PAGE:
Rabin’s tragic death was a blow for all of Israel, but since then we have taken many steps to try to advance peace. Shimon Peres, Netanyahu in his first term, Ehud Barak tried to forge forward in peace with the Syrians and Palestinians and pulled out of the Gaza strip, and for the past eight years Netanyahu has tried. We have not given up. In some areas there has been progress. Let me give you some good news. When people talk about the Middle East today they are often focussed on negative developments, the breakup of states, countries that have imploded, like Libya, Syria, Yemen, the rise of extremism and terrorism, ISIS, Hezbollah, so we are all seeing what’s going wrong. But under the surface there is a positive change, and this is the new dialogue Israel has with the Sunni Arab States. Historically they were not open to Israel, but today they understand that Israel is on the same side they are on in the struggle against extremism. These new contacts between us and the Arab world have the potential to create a new reality. For many years people said, peace with the Palestinians will open the door to the entire Arab world. Today we are seeing the opposite phenomenon, and these better relations will create conditions conducive to making peace with the Palestinians.
We see a new rapport between Prime Minister Netanyahu and President Putin?
There is a good rapport between Israel and Russia, between Prime Minister Netanyahu and President Putin. It’s important for us to have good communications with Russia for many reasons. First, because Russia is a great power with historic interests in the Middle East, and is involved just to the North of our border in a very significant way. And, first and foremost, it was important for us to establish direct communications to ensure that there is no miscommunication, and that Israeli and Russian forces would not be shooting at each other. We don’t want to see the miscalculation of the Russian plane and the Turks. It is important to establish channels of communication to prevent what happened in the Seventies, when there were fights between Russian and Israeli pilots over the Suez Canal. We don’t want to repeat that.
After President Obama re-established relationship with Iran it looks as if your historical alliance with the United States is weaker?
Let’s be clear: Israel is firmly in the West. We know we are part of the West, and we know that our most important relationship is our alliance with the United States of America. It’s true, we had a disagreement last year over Iran, and sometimes it’s not easy to have an argument with a good friend and an ally, but even the best of friends and the closest of allies do not automatically agree on everything. An example from London: people talk about the great alliance during the Second World War between the US and the UK, Roosevelt and Churchill, and they were allies and liberated Western Europe from the Nazis. But, if you look at the history, they had many disagreements. The relationship between Jerusalem and Washington is strong enough that we can digest disagreements when they arise.
But Iran remains an open problem for the security of Israel?
Iran is a problem that unfortunately does not change. It supports terrorism, and the eradication of my country. We did not support the deal, but now that it has been signed we say, “Keep their feet to the fire.” Our Prime Minister has said that the Iranians must cease their support for terrorism. The current Iranian regime is very extreme, with an aptly named ‘Supreme Leader’, and we have not seen a change in their behaviour.
Do you think that the relationship between Israel and the US will change with the next US President, whether it is Hillary Clinton or Donald Trump?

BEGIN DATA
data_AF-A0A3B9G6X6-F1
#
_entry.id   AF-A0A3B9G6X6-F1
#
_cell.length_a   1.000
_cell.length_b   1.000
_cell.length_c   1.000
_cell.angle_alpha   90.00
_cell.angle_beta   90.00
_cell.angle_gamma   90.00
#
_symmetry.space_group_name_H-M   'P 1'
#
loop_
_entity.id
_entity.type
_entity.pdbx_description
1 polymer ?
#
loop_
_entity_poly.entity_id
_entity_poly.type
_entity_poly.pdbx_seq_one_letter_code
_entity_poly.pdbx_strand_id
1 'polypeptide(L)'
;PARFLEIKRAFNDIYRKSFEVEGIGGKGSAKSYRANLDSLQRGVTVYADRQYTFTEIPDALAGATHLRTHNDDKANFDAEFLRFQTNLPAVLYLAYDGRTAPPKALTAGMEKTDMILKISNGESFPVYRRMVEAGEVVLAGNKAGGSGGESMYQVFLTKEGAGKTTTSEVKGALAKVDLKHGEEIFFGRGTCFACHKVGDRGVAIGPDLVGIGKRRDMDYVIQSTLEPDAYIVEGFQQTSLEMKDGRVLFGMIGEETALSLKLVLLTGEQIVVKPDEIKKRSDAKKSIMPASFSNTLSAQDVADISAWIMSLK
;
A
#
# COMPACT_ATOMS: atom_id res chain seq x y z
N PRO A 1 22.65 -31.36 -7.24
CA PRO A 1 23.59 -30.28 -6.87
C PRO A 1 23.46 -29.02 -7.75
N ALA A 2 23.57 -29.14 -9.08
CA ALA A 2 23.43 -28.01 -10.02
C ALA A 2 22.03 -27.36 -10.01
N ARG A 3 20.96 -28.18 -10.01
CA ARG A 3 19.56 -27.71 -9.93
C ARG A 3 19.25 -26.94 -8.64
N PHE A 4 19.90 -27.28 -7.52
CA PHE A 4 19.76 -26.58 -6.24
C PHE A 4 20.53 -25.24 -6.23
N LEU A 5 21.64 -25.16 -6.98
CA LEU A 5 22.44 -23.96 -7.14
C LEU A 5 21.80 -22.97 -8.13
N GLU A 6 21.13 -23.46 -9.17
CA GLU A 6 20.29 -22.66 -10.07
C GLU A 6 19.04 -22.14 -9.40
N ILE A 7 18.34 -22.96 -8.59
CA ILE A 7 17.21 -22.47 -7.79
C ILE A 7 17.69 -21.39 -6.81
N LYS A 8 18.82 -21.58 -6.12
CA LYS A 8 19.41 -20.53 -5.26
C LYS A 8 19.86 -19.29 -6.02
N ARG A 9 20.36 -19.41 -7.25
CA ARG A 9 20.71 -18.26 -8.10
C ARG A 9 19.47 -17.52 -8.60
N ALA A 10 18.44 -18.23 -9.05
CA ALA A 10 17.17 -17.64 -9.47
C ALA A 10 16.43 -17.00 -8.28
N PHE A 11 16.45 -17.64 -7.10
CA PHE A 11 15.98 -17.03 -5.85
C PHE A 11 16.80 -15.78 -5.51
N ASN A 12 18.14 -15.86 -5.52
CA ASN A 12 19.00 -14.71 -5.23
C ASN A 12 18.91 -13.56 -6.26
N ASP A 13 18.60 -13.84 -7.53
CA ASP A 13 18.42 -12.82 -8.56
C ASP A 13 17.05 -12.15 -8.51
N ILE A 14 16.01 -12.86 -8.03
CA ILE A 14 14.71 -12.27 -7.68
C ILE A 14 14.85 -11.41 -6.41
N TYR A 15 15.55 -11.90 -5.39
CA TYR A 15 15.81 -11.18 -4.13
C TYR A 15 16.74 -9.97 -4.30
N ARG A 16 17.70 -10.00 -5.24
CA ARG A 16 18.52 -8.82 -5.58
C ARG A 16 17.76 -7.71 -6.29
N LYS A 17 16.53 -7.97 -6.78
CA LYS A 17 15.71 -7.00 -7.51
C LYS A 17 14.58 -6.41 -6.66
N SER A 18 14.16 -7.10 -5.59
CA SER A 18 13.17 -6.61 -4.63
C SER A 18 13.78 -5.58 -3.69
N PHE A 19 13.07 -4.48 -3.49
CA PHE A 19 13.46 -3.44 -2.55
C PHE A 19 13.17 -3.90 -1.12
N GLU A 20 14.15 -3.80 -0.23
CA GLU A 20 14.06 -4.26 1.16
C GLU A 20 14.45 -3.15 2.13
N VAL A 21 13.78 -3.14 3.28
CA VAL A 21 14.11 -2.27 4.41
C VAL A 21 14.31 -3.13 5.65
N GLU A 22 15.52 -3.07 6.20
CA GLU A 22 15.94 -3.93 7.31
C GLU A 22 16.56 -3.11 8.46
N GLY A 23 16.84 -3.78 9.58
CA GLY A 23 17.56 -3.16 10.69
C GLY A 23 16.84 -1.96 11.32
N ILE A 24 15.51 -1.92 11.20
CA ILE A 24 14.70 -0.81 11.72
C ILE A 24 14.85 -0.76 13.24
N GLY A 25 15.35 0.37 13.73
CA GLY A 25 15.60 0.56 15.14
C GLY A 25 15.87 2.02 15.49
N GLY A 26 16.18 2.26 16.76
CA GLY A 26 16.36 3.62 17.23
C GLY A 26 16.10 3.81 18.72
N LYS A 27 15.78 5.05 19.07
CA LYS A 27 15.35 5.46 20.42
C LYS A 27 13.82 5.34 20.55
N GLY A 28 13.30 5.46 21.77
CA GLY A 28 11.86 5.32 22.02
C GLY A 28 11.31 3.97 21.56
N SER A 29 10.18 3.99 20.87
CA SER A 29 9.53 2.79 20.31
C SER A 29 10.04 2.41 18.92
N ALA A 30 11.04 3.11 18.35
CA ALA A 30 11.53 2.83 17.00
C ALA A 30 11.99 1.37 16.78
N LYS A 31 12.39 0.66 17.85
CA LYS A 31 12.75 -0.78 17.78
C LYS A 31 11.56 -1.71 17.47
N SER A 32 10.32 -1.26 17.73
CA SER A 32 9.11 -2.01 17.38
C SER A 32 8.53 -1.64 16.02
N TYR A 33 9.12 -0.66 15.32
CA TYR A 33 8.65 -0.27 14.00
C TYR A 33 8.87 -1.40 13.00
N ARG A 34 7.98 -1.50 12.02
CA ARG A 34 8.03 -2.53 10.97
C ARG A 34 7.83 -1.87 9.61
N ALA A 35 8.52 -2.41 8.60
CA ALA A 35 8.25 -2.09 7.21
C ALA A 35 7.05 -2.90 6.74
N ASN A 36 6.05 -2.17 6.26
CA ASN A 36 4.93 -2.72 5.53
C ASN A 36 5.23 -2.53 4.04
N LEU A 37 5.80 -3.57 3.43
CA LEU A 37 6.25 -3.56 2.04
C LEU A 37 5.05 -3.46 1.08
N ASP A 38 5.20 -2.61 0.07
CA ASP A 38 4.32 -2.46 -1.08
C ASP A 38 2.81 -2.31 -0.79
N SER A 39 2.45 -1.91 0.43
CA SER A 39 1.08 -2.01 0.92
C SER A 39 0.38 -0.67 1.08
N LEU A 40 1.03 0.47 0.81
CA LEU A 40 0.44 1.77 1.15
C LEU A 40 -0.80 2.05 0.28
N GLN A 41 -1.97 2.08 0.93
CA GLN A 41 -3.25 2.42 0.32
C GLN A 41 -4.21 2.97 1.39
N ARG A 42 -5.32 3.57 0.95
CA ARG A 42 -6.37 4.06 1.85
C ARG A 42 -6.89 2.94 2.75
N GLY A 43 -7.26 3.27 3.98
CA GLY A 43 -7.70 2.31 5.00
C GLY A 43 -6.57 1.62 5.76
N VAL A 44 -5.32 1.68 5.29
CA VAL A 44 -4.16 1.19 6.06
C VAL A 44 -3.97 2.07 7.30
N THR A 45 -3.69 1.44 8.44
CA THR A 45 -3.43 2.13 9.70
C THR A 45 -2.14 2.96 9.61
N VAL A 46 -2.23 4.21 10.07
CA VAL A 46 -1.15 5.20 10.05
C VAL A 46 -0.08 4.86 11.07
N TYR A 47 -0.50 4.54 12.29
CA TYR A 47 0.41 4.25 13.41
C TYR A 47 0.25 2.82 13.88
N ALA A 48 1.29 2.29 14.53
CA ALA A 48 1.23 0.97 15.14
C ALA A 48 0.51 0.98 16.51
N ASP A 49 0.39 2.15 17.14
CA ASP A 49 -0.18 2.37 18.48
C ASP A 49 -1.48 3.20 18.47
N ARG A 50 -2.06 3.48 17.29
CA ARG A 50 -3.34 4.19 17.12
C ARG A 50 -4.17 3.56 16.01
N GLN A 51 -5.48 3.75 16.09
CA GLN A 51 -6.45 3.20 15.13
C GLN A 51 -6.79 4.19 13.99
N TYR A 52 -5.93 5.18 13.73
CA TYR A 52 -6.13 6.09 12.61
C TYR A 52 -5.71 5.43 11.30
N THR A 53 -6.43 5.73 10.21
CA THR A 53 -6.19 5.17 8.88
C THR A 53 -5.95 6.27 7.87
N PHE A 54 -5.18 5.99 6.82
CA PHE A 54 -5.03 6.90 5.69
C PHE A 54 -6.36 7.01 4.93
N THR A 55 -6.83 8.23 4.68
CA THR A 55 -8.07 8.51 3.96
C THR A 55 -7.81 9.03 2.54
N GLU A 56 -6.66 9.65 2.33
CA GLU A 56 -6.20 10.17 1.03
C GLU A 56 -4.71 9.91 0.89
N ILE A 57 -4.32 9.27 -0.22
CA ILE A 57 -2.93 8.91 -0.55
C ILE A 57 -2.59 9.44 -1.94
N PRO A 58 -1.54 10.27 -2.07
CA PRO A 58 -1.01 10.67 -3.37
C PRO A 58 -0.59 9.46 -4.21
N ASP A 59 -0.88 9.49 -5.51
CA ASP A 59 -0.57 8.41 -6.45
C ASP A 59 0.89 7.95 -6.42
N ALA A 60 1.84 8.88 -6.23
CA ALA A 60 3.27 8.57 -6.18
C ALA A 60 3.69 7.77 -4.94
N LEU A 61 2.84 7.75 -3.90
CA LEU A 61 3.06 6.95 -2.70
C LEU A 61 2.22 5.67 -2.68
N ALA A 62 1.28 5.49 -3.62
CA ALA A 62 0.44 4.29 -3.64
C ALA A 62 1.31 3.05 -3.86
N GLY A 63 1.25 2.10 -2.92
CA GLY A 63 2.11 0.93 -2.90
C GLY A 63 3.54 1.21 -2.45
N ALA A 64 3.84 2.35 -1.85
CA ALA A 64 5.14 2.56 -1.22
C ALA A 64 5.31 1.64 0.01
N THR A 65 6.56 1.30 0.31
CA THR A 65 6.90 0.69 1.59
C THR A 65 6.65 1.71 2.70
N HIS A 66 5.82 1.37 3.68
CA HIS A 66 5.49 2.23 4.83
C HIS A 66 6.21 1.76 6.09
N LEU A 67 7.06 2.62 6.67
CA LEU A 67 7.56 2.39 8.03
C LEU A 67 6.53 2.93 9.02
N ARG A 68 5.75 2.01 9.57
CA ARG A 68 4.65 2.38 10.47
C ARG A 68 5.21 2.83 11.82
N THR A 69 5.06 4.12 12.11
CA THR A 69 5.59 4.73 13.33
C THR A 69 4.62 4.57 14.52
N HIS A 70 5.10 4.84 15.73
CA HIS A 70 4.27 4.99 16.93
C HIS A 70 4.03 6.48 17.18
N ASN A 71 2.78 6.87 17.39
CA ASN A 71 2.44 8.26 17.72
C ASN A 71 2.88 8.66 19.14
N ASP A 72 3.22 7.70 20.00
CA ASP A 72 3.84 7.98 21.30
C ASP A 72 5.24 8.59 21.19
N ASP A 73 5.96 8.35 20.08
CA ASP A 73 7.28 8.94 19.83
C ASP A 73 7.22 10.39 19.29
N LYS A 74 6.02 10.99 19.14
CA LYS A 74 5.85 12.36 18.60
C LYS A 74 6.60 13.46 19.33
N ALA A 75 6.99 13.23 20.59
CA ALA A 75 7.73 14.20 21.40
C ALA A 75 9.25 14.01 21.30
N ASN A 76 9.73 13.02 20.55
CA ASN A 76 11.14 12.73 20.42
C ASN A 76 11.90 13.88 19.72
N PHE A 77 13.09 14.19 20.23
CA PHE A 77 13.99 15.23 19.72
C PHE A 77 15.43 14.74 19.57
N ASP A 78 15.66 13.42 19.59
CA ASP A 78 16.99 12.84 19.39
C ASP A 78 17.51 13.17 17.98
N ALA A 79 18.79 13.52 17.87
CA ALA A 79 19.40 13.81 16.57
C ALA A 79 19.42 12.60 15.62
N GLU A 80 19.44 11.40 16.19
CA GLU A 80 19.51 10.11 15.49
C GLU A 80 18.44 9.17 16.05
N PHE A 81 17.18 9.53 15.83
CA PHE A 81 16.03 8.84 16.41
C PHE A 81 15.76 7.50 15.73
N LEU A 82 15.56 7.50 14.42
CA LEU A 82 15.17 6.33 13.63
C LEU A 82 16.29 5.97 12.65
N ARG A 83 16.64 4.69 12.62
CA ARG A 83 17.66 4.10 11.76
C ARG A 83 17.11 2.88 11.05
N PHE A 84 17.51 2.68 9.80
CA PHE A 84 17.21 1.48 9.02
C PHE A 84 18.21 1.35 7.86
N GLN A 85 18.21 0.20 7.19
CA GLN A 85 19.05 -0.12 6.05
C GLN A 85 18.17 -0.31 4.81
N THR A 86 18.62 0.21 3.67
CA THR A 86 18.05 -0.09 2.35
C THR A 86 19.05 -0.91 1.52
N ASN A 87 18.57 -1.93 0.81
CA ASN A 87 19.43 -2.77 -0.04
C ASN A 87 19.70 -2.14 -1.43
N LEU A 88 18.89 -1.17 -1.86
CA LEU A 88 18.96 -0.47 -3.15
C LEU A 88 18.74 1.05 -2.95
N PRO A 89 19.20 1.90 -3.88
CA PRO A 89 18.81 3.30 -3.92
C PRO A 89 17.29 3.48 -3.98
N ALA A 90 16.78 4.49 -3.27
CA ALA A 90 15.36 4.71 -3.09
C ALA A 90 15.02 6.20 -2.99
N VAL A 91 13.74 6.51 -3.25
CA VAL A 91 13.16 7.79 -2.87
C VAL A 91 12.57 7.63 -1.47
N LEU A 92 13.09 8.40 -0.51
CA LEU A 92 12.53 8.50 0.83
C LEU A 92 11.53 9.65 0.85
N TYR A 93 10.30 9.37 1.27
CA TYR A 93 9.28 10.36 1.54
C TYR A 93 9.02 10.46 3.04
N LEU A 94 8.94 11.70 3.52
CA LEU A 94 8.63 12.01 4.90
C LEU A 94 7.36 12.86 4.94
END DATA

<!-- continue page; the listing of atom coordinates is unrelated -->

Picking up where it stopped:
We have a strong partnership between the US and Israel, strong under Democratic and Republican Presidents, and I am sure that they will continue into the future, no matter who is sitting in the White House. Ultimately, whether it’s a Democrat or a Republican, the United States and Israel share a common belief in democracy, and we have shared interests. I am confident that our special relationship will continue. In Israel we know that we have no better friend than the United States of America, and I think America knows that in the Middle East they have no better friend than the State of Israel.
How is Israel, considering what’s happening in the world today?
We are facing many challenges and very real threats in the Middle East, and also in Europe, but if I think about what Israel has achieved in its 68 years of independence I have much optimism as we look to the future. By any objective criteria Israel is an amazing success story. A homeless people have a home. A persecuted and defenceless people have the ability to defend themselves. We have built a stable and strong democracy in a region where there are no other democracies. Israel’s economy is a success story. Our GDP per capita is growing very dramatically in the past decades. In science, in technology, water, communications, medicine, we are a leader. In the Seventies people said that Israel was at an amazing disadvantage, with no oil. Today we have what the world wants, technology, and big firms are investing in Israel.
Israel started as a pioneer socialist State and became a modern capitalistic country. What is the spirit of Israel nowadays?
If people have a close look at Israel they can still see many of the positive values on which our country was founded. In fact, today Israel is still a very exciting, dynamic and pluralist, tolerant society. Jaffa oranges were the symbol of Israel. Today the symbol is the hi-tec engineer in telecoms, medical or water saving technology. But it is the same country, with a vibrant spirit and a strong level of social cohesion, where people care about each other, and it has much to offer the world. When I was in the Prime Minister’s office, Heads of States with strong historic connections would come and visit, but in the past few years we saw more that did not have strong historic ties, because they felt that Israel was offering things that are very good for their societies. Modern Israel has more and more to offer the world. I don’t argue that there are challenges and hostility, but the bigger picture means you can still have optimism for the future.
There is growing religious extremism in Israel. How do you cope with it?
Every society has in it racism and extremism. Last year we had the innocent Palestinian family targeted in Duma. There was unequivocal wall-to-wall condemnation. The Cabinet authorised the use of counter-terrorism means to bring those responsible to justice. The Prime Minister visited the people in hospital the same day. The Prime Minister called Mahmoud Abbas the same day, and said we will bring the perpetrators to justice. And we have. In Israel we have seen the danger, and the leadership has no tolerance for this.
Are you helping other countries in the area of counter-terrorism?
We are working closely with many European countries, and our co-operation is appreciated and makes people safer.
What is your hope for the future?
What we have seen here in Britain in the past few weeks was that anti-Semitism was in a dark corner, in the shadows. When it emerges centre stage and comes into the sunlight you see wall-to-wall condemnation. The irrational hatred has trouble justifying itself when it comes to the centre of the discourse, and this gives me hope for the future. Anti-Semitism will not disappear, but maybe the anti-Semites will be playing for the defence.
June 21st 2016